More fireworks

It’s not just data that’s exploding as storage vendors set off fireworks to celebrate a lucrative year in the Middle East. With cloud and analytics solutions only continuing to draw more demand, the growth looks set to continue in 2013.

All of the most influential IT trends in 2012, mainly cloud, big data and mobility, share one common consideration – storage.

The simple facts are that IT has become a business enabler and data has exploded. The question is where does all that data go?

That is the question Middle East CIOs have been asking and as a result disk revenue in the MEA region was up 11% year-on-year in the second quarter of 2012 to total $2.53 billion, whilst terabyte capacity increased 48% over the same period (IDC).

“The storage market in the Middle East continued to show strong growth, which has become a characteristic of this high-growth emerging economy,” says Zaher Haydar, Regional Pre-Sales Manager, Turkey Emerging Africa and Middle East, EMC.

Haydar attributes much of this growth to the prominence of private clouds and related technologies on most CIO agendas.

“This included geographically spread storage with virtualisation and federation protocols on top. We’ve also seen increased virtualisation rates in most organisations, with the more sophisticated ones already planning to implement some chargeback mechanisms,” he says.

Furthermore, unified storage has grown driven mainly by a growing preference among users to deploy NAH where suitable, and video surveillance and media solutions like IPTV have also created a big demand in storage, Haydar adds.

According to Basil Ayass, Enterprise Product Manager, Dell, customers are now thinking a lot longer when they’re buying storage.

“They’re looking a lot more at virtualised storage as the intelligent storage that can simplify the task and procure automatically, making it easier to manage virtualised environments. They have budget for storage but they’re spending it a lot more carefully and are looking for smarter solutions,” he says.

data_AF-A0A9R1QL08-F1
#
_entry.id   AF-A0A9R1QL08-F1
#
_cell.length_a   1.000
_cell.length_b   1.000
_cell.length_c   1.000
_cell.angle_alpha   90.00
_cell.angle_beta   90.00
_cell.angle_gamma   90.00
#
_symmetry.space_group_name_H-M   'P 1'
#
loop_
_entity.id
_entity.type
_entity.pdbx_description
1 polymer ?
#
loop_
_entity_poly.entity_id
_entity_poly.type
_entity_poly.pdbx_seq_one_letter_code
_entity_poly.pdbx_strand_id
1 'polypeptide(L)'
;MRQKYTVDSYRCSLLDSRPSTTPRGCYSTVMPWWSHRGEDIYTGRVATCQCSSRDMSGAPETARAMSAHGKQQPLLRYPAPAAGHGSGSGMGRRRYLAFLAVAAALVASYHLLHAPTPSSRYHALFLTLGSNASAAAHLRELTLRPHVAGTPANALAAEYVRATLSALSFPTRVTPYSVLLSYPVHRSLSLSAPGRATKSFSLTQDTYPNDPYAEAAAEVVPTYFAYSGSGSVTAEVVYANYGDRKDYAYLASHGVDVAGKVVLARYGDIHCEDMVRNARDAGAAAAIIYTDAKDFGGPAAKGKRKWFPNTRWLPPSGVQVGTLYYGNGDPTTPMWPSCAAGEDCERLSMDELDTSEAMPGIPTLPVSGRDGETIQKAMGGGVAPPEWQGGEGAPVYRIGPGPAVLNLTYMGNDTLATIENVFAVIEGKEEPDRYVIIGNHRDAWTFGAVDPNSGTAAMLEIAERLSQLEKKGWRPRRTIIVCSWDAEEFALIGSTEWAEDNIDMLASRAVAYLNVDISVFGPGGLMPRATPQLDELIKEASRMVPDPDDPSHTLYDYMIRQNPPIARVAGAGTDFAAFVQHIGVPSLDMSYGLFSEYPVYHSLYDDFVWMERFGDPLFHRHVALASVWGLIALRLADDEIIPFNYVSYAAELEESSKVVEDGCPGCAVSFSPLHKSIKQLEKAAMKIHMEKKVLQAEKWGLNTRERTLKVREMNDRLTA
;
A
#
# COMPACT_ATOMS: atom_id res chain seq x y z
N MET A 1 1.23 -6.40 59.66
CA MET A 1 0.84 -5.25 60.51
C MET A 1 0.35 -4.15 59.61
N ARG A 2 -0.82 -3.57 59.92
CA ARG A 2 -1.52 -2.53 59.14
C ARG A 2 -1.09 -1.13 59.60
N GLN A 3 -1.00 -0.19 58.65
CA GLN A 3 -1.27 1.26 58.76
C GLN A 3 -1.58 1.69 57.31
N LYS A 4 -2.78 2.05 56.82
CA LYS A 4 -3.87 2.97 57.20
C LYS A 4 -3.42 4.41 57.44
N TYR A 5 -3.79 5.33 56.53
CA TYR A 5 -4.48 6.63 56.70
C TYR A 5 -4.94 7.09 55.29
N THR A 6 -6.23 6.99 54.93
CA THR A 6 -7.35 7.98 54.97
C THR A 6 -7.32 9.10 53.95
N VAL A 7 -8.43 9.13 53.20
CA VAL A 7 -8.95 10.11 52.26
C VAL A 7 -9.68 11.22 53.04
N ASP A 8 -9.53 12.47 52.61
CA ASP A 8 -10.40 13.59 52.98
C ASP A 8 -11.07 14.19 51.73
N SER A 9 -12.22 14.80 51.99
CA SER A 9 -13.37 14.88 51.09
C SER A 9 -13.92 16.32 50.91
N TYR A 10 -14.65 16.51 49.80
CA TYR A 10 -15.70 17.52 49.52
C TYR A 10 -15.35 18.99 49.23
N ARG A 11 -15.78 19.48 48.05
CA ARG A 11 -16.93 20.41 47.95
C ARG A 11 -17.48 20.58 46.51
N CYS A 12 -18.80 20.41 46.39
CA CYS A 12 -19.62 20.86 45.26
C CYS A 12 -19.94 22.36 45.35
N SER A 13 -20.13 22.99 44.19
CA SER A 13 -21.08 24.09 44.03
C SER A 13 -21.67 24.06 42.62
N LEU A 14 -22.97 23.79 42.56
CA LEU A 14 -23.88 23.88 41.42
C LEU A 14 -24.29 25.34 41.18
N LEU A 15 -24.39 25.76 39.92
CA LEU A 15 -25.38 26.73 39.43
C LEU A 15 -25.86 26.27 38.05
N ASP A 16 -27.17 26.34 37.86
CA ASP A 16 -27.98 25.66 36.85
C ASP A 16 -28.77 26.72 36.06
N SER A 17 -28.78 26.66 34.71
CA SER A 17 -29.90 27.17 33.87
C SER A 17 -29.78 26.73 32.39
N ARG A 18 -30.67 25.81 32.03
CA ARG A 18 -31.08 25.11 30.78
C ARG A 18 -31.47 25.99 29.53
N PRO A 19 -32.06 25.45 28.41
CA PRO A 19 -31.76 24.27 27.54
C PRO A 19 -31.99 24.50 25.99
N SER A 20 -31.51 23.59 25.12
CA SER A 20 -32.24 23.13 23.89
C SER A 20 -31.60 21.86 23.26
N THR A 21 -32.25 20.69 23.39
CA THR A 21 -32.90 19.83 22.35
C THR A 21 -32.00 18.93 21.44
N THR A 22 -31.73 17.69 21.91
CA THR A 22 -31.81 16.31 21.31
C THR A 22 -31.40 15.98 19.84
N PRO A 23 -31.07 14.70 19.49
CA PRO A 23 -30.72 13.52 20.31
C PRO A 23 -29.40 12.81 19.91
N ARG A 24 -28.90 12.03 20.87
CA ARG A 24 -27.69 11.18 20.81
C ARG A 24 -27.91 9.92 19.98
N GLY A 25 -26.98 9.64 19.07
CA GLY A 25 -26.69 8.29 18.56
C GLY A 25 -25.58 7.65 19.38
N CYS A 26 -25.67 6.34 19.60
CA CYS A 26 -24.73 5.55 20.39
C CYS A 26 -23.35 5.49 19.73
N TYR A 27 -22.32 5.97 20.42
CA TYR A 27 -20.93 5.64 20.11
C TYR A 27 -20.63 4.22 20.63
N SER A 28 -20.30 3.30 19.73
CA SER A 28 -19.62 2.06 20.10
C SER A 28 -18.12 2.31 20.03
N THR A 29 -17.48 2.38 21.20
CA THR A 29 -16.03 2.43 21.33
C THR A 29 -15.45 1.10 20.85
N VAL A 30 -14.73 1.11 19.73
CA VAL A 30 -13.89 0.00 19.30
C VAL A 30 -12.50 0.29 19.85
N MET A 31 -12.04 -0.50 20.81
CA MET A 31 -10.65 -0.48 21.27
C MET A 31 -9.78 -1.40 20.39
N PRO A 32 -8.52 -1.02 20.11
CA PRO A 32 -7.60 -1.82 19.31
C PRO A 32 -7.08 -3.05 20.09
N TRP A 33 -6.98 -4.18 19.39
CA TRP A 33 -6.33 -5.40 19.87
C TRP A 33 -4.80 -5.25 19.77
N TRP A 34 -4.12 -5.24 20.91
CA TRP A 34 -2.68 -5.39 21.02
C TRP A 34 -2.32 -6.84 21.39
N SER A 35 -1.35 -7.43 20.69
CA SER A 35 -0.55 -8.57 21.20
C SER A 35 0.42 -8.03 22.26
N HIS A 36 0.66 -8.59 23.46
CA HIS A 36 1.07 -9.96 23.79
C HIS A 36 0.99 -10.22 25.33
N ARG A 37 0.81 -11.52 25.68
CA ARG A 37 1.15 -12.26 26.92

Sid Deshpande, Senior Analyst, Technology and Service Provider Research, Gartner, adds that single hardware vendor deals that cater to both servers and storage are very popular in the Middle East.

“Multi-vendor sourcing is not as strong as it is in some of the mature markets. Gartner believes that the storage hardware market is still underpenetrated in the MEA region overall, with many organisations not having the insight or education required to assess the correct storage infrastructure for their application and service requirements,” he says.


Storage shakers

When it comes to hype, there is no doubt that cloud and big data were the big shakers in the storage market this year, but despite them often being spoken in the same breath, big data remains behind in both awareness and adoption.

“I don’t like to club them together,” Ayass says. “We’ve been talking about cloud for the last four years and it is now beyond the trend stage. We are seeing a lot of private cloud deployments within enterprises in the region, and some public cloud adoption within SMBs for very specific niche applications.